How Will Tiger Woods' Apology Affect His Image? A TIME Debate

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Quinn Rooney / Getty

Tiger Woods said he regrets his "trangressions" in a statement on his website on Dec. 2, 2009

Bill Saporito: I don't think he's going to lose very many endorsements. Sure, he has been revealed as a fraud, but Michael Jordan, another big sports fraud and the very role model for Tiger, is still selling underwear (in a commercial with Charlie Sheen!). Tiger is famous for going OB and then hitting spectacular recovery shots. Follow that metaphor ...

Romesh Ratnesar: I think there are a few differences. First, Jordan's gambling problems never quite percolated into the mainstream the way this scandal has. Second, the tabloid media and gossip machine are much more powerful today than they were then. Third, extramarital affairs are uniquely damaging — in particular, I think this will hurt his popularity with women. Fourth, he's a Stanford-educated golfer who supposedly did everything right. His image was premised on class, elegance, aspiration. He took flak just for being seen swearing on the course. I think this is going to be damaging, at least initially.

BS: Oh, I get it, this is a Stanford thing — it's really about the damage to your alma mater. Well, even Stanford guys aren't perfect (present company excepted, of course), but as you've noted, his image was about class and elegance. It's that image that has been shattered, sort of like the back window of his SUV, but maybe I'm pushing another metaphor too hard.

RR: It's not about Stanford. (Though I doubt he'll be invited back for many more ceremonial coin tosses anytime soon.) There are probably only two athletes in recent history who approached Tiger's global, iconic status: Muhammad Ali and Michael Jordan. But I think the social import of both Ali and Jordan was different from Tiger's, in part because of the sports they played. Boxing and basketball are populated with athletes from poor and working-class backgrounds. And over the past several decades, both sports have been dominated by African Americans. That's never been true of golf — it's still the preserve of whites, élites and the affluent. Tiger changed that, broadened the appeal of the game and brought it to a mass audience. But he did so playing by the same corporate, country-club rules. And so I think any personal transgression was going to hurt him more than it would hurt an Ali or a Jordan. What's amazing, to some extent, is that it's taken this long for him to slip.

BS: Let's not forget Pelé, another poor kid who became a global legend. No question that Tiger has revolutionized golf as a sporting event — you can see it in the television ratings. But by some respects, he'll only become a bigger attraction. Tiger's on the cover of People. He's now moving up in the Jon and Kate–Brad and Angelina celebrity solar system. You know what happens next: an appearance on Oprah with his wife Elin, national contrition. And even bigger ratings at his next tournament. Unless, of course, Mrs. Woods throws the bum out.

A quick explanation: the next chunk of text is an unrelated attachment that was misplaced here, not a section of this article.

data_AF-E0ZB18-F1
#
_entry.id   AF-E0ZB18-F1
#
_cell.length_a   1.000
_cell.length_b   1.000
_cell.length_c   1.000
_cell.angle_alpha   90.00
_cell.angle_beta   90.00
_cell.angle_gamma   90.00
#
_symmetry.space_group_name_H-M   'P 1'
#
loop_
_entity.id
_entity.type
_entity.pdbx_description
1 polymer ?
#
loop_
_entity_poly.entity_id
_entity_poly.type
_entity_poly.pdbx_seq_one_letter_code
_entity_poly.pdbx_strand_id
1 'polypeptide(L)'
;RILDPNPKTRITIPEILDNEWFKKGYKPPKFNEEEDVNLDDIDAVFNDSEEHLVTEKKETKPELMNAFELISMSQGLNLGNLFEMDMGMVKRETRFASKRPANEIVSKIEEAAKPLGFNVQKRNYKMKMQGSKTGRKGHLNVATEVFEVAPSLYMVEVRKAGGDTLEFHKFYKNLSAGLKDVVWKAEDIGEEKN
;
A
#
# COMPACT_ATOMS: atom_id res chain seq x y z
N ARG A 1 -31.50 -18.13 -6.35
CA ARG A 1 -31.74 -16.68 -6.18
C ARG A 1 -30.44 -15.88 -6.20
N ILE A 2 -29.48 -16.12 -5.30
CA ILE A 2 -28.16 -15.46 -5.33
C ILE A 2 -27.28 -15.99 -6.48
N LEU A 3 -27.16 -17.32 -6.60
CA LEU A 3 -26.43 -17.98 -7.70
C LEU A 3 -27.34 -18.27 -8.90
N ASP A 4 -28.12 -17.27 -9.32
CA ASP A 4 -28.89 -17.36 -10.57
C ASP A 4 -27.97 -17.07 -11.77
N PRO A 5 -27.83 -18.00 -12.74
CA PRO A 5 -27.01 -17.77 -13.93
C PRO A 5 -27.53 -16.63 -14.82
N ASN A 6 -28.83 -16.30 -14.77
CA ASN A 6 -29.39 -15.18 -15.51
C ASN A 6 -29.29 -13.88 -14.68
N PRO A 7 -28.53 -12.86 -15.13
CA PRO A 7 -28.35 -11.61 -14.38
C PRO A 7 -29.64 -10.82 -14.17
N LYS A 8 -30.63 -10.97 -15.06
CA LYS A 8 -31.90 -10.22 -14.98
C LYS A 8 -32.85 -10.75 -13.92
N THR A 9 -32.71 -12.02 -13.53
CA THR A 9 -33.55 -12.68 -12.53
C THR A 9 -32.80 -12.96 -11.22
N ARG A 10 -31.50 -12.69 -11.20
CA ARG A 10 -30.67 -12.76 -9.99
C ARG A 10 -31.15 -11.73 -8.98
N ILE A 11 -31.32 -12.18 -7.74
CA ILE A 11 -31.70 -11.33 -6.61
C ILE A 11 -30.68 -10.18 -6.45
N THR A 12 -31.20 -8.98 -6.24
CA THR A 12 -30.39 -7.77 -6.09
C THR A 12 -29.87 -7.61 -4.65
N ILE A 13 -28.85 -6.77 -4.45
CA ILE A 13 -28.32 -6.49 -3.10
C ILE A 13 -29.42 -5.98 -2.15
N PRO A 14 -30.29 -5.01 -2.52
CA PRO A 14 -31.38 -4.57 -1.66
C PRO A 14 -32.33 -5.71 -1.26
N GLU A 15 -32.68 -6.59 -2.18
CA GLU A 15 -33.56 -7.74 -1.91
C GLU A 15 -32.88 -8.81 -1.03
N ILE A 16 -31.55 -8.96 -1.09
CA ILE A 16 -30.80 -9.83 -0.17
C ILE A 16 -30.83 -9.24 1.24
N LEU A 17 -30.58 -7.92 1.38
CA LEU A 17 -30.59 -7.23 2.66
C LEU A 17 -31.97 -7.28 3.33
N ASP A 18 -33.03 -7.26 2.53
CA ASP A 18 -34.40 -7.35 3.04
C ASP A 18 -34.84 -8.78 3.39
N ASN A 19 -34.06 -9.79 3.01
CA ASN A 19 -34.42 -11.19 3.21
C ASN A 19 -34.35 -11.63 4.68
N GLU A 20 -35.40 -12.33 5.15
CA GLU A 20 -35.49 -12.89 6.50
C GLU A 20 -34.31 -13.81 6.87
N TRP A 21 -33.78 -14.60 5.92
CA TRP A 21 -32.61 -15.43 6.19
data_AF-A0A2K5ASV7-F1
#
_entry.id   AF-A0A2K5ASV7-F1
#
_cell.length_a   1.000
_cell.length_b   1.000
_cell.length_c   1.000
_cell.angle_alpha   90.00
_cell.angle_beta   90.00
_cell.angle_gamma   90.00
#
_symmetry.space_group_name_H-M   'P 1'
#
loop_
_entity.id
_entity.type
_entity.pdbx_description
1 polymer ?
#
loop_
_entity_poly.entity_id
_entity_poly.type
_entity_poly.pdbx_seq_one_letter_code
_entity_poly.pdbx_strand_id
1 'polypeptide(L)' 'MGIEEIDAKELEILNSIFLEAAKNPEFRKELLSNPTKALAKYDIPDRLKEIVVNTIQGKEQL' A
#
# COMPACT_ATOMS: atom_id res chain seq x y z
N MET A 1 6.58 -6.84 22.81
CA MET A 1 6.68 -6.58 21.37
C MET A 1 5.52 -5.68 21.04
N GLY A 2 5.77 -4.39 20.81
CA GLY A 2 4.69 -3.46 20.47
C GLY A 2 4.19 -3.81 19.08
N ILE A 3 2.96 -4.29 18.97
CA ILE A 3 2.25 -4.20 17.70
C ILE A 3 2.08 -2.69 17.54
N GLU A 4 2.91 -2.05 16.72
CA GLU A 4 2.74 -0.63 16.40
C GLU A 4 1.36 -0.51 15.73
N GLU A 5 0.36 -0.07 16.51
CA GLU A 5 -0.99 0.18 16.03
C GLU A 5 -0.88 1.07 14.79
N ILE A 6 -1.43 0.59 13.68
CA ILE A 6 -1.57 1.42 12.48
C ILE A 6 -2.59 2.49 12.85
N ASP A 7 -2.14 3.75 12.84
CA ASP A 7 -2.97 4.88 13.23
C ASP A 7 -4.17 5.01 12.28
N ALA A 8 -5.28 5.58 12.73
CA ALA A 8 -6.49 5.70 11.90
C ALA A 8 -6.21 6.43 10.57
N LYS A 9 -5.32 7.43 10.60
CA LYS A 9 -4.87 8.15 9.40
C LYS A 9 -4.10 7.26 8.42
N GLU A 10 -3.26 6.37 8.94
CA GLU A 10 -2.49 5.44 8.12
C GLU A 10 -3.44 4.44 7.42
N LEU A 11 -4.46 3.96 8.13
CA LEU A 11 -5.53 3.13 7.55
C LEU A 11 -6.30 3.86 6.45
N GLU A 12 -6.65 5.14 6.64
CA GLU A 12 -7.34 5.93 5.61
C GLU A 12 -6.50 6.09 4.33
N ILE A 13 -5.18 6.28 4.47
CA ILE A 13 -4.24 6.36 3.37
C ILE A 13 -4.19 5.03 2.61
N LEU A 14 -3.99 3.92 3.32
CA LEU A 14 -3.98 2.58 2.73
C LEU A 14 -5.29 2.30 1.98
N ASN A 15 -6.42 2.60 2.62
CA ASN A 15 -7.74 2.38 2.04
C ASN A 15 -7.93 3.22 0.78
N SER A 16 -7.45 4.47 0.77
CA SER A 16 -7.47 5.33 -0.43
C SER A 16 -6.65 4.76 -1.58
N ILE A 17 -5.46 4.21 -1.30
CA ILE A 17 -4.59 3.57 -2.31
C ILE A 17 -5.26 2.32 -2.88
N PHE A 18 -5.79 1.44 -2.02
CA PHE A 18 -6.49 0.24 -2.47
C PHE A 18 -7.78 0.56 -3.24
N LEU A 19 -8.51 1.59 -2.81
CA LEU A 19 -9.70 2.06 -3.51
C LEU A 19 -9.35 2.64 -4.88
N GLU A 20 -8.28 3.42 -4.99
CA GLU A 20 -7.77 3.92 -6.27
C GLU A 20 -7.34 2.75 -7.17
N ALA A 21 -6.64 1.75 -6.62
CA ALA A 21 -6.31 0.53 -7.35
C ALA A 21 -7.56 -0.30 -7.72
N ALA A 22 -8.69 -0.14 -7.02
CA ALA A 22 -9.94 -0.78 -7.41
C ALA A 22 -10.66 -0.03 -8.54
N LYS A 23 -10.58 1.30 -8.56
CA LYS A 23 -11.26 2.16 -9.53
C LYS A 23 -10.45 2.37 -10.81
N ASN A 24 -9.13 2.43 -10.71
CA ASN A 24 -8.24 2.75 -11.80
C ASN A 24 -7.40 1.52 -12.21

RR: You're right that public fascination with Tiger will be even more intense the next time he steps on the golf course or appears on Oprah. (Which won't happen until those "lacerations" fully heal.) It will be a ratings bonanza. But he'll never quite be what he once was. He won't be speaking at any more presidential inaugurations. And in some ways, I think this might put even more pressure on him to re-establish his dominance over the competition. His failure to win a major this year obviously didn't damage his place in our corporate-cultural pantheon. But the past week's events have knocked him off his pedestal. So what happens if he fails to win any more majors or even fails to break Jack Nicklaus' career record? Both of those possibilities may seem remote now, but if he stops performing at the level he once did, I think it's possible that our interest in him will fade.

BS: Lord help those PGA pros if Tiger takes his personal transgressions out on them. He has already demonstrated his considerable powers of concentration on the golf course while juggling his, um, complicated family life, which has included the birth of two children, the death of his father, major knee surgery and rebuilding his golf swing. He's still Tiger Woods. Not John Daly.

RR: Let's hope he and his family find their way through this. When all is said and done, Tiger's achievements have provided more than a decade's worth of inspiring, indelible images, and until now he has handled the glare of outsize fame and celebrity with decency. But maybe now he'll drop the imperious, impersonal façade and show his human side. That would be the best way to get fans rooting for him again.

Click to hear an alleged voicemail from Tiger Woods to a woman reported to be one of his girlfriends